2: He decides to play a ball as nearly as possible from the spot which the original ball was played. Rule 20-5 tells us how to proceed.

 

 

Quote:
20-5. Making Next Stroke from Where Previous Stroke Made

When a player elects or is required to make his next stroke from where a previous stroke was made, he must proceed as follows:

a. On the Teeing Ground: The ball to be played must be played from within the teeing ground. It may be played from anywhere within the teeing ground and may be teed.

 

Again, nothing states that you have to move, touch or lift the ball when using this rule. I have not seen any wording in a general rule that you have to move the ball when using a rule. Each rule specify if you have to drop or place the ball, in this case it only say "play".

One might even argue that you don't have to inform the group you play with of what you are doing. The rules specifically says when you are playing a provisional that you have to inform your fellow-competitor, but not when taking a stroke and distance penalty. Though, you are responsible for your own scorecard, which others are going to confirm. So it is probably best to inform fellow-competitors of this, but the rules doesn't say you have to.

 

 

 

post #43 of 80
Thread Starter 


 

Quote:
Originally Posted by zeg View Post



Quote:
Originally Posted by Ignorant View Post

Again, this Decision quite clearly says: '.. dropping or placing the ball in another place..'. So, in another place. Not possible to leave the ball where it is and simultaneously invoke another Rule.


Yes, and I pointed out why that is not imoportant. You don't read Decisions like you read Rules: they are examples and guidance, not a definition of the game. So, as I said before, I think the meat of this decision is that when you're playing under a rule that would require replacement but you would then be allowed to put it somewhere else, you don't have to go through the motion. That it is restricted to those particular cases in the Decision doesn't mean we are strictly limited to those cases. Under Equity, I believe we should apply the same logic to this case.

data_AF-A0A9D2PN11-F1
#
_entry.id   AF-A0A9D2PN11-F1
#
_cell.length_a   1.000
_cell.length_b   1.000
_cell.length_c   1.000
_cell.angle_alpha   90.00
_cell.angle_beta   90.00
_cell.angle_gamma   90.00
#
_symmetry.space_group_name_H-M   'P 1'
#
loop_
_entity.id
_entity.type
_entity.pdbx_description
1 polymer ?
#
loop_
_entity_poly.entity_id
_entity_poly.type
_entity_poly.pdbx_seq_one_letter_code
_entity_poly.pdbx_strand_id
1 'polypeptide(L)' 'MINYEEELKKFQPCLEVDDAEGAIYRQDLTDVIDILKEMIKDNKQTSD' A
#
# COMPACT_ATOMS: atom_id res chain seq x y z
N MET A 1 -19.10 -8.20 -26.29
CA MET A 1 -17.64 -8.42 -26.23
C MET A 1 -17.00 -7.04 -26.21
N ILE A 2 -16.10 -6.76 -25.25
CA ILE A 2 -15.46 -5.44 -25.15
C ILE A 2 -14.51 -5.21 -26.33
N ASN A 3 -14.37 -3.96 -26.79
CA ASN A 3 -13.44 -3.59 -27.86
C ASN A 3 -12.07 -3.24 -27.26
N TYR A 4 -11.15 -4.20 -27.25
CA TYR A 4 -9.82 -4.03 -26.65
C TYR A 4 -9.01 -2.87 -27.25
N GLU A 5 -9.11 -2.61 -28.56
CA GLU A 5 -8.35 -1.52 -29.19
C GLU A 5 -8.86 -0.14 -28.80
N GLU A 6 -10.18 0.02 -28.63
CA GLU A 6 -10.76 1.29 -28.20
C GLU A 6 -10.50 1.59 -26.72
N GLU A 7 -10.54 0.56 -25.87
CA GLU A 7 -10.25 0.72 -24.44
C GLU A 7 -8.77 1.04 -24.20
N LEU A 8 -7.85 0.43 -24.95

Quote:
Originally Posted by Ignorant 
Another argument I already mentioned before. If a player would do the same thing on the fairway, is there any rational reason why ruling should be different? That is, drive onto the fairway, moving the ball in play while addressing it, picking the ball up and returning to the tee and another drive. Now lying three or four? Why a player should be absolved from a penalty incurred due to moving his ball in play in either case?


This would be the same ruling: four. Stroke, bump penalty, stroke-and-distance, stroke.


Quote:
Originally Posted by Ignorant View Post

As it is completely impossible to have a ball in play and at the same time not in play it is clear that whenever a player wants to tee a new ball it MUST be a ball not in play. Had the player lifted his ball from the ground it would have stopped being in play and he could have re-teed it, with a tee or without. As he did not lift it and did not purposely place it on the teeing ground his ball remains a ball in play and if he playes it from there he will be playing from wrong place and receive 2 penalties.


Why is it clear that it must not be a ball in play? I don't see any rule to that effect (though if there is, please correct me). There is no mention of this in 20-5, it only says that if your previous spot was on the teeing ground, your nearest spot is anywhere on the teeing ground.

It also says you may re-tee it, but there is nothing in the rules that says re-teeing takes a ball out of play, or that it requires a ball to be out of play. So if you play according to this method (without lifting the ball) you're making a stroke at a ball in play. But that's fine, although you would be subject to penalties since the ball you're addressing is in play.
 


Ok, I bolded the essential one.

 

First, let us look at the Definition:

 

Ball in Play
A ball is “in play” as soon as the player has made a stroke on the teeing ground. It remains in play until it is holed, except when it is lost, out of
bounds or lifted, or another ball has been substituted, whether or not the substitution is permitted; a ball so substituted becomes the ball in play.

 

So, a teed ball is never in play until it has been made a stroke at. This means directly that a teed ball can NEVER be a ball in play. I will not repeat this any longer, it must be clear to everyone by now.